Gamers with a Telstra NBN connection might just soon have a way to make sure their internet connections play nicely with their games.
Sometimes, the technology we use can be impacted by the connections we rely on. In fact, in this newfound work-from-home era, we’re seeing that more and more, thanks in part to just how much is using the internet connections at home.
While many gadgets can get by without having to take a super-fast internet connection, or can even jump over to a mobile connection when things on the home internet are struggling temporarily, not everything has that going for it.
Take movies: if you want to keep a 4K stream solid, you’re going to want to make sure you have a decent internet connection on a broadband connection, otherwise you can expect the resolution to downscale and the quality to drop.
It can be a similar problem for online gamers with esports and multiplayer titles, because as the speed drops, so too does the quality in game, particularly if another player does something, and your game doesn’t show it in the fraction of a second that it happened.
Modems and routers are getting better at prioritising what’s going on, but they may not necessarily be engaged in a proactive approach, and that’s something Telstra is dabbling in right now.
One of Australia’s largest telcos, it has announced that Aussie gamers with a Telstra NBN fixed broadband account using the Telstra Smart Modem 2.0 can try out “Game Optimiser”, an online addition that will eventually cost an extra ten bucks a month to let you control what regions get the most authority from your connection, and to prioritise traffic to gaming devices.
There’s no extra hardware for the Telstra Game Optimiser, and the whole thing works as an online version of “QoS”, also known as “Quality of Service”, a concept that helps routers deal with traffic priority to different devices.
You can typically find QoS settings on every router, but some routers may be more equipped to handle quality of service changes than others. Typically, it’s a “which device gets priority” setting, though Telstra’s Game Optimiser appears to go a little further, providing a graph and delivering information about what might be taking the most bandwidth in a home, and then prioritising the connections to a specific device to ensure games run smoothly.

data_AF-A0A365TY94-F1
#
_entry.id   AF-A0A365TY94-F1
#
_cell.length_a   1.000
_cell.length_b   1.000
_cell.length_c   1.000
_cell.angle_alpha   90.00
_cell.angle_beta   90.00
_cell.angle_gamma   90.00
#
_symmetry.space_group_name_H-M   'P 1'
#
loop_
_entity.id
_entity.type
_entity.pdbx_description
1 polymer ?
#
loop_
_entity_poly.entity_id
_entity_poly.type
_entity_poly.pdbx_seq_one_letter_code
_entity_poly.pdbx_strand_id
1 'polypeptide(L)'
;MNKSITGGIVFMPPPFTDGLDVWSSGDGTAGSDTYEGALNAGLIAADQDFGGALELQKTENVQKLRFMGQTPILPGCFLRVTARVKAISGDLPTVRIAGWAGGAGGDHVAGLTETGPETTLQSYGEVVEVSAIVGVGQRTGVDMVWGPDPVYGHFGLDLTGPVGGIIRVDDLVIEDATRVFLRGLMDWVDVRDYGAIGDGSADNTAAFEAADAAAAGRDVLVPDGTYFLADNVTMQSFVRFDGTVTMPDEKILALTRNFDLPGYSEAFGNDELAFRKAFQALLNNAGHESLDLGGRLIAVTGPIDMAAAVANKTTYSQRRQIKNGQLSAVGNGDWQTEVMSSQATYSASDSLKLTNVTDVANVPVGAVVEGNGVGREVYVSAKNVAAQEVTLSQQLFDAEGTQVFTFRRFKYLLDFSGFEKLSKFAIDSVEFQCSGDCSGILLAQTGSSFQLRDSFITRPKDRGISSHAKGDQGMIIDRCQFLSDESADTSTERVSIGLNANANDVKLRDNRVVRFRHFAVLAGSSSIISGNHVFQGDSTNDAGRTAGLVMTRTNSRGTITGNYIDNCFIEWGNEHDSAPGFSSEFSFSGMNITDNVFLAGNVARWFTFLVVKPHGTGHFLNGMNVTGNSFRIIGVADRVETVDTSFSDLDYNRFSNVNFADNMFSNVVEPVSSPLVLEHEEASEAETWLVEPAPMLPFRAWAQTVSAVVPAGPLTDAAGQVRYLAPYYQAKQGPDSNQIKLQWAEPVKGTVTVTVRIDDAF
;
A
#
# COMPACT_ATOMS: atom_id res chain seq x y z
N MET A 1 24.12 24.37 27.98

Outside of the QoS settings, the Telstra Game Optimiser will allow you to select regions to prioritise the traffic from with geo-filtering, which may help improve and bolster the speeds attainable from specific servers, handy for folks who depend on servers around the world, be it local or much further away. An ad-blocker is also involved in the solution, with everything coming together to improve net traffic issues for gamers.
Helping make this happen is a piece of software Telstra is using named “DumaOS”, which makes it a software addition handled through the web and your browser, though there is a mobile version of the technology coming soon, allowing changes to be made from a phone while you’re playing the game. Think of it as controlling what happens to your network’s bandwidth while you see it happen.
“We know the in-home network experience is important for customers, especially for online gamers where mere milliseconds can mean the difference between victory and defeat,” said Nathan Gumley, Principal for Gaming at Telstra.
“Telstra’s Game Optimiser is not only about improving the networking experience in-home, it’s about giving players greater peace of mind and control over their gaming in-home traffic, where the online gaming servers they connect to are located, and removing technical barriers to help customers perform at the top of your game,” he said.
At the moment, Telstra’s Game Optimiser is in an “open beta”, and available free for anyone with a Telstra fixed NBN broadband account and the second generation of its Smart Modem, the former being required due to the speed while the latter being a hard requirement due to DumaOS needing Telstra’s hardware. Later on, however, past November 9 when the beta ends, Telstra says it will cost $10 per month to run the Game Optimiser addition, but won’t be available to either NBN basic speed accounts or fixed wireless connections.
However gamers keen to see if it makes a difference can try it now, and find out whether Telstra’s approach to Quality of Service can make a dent and help them — and Telstra — nail their next game.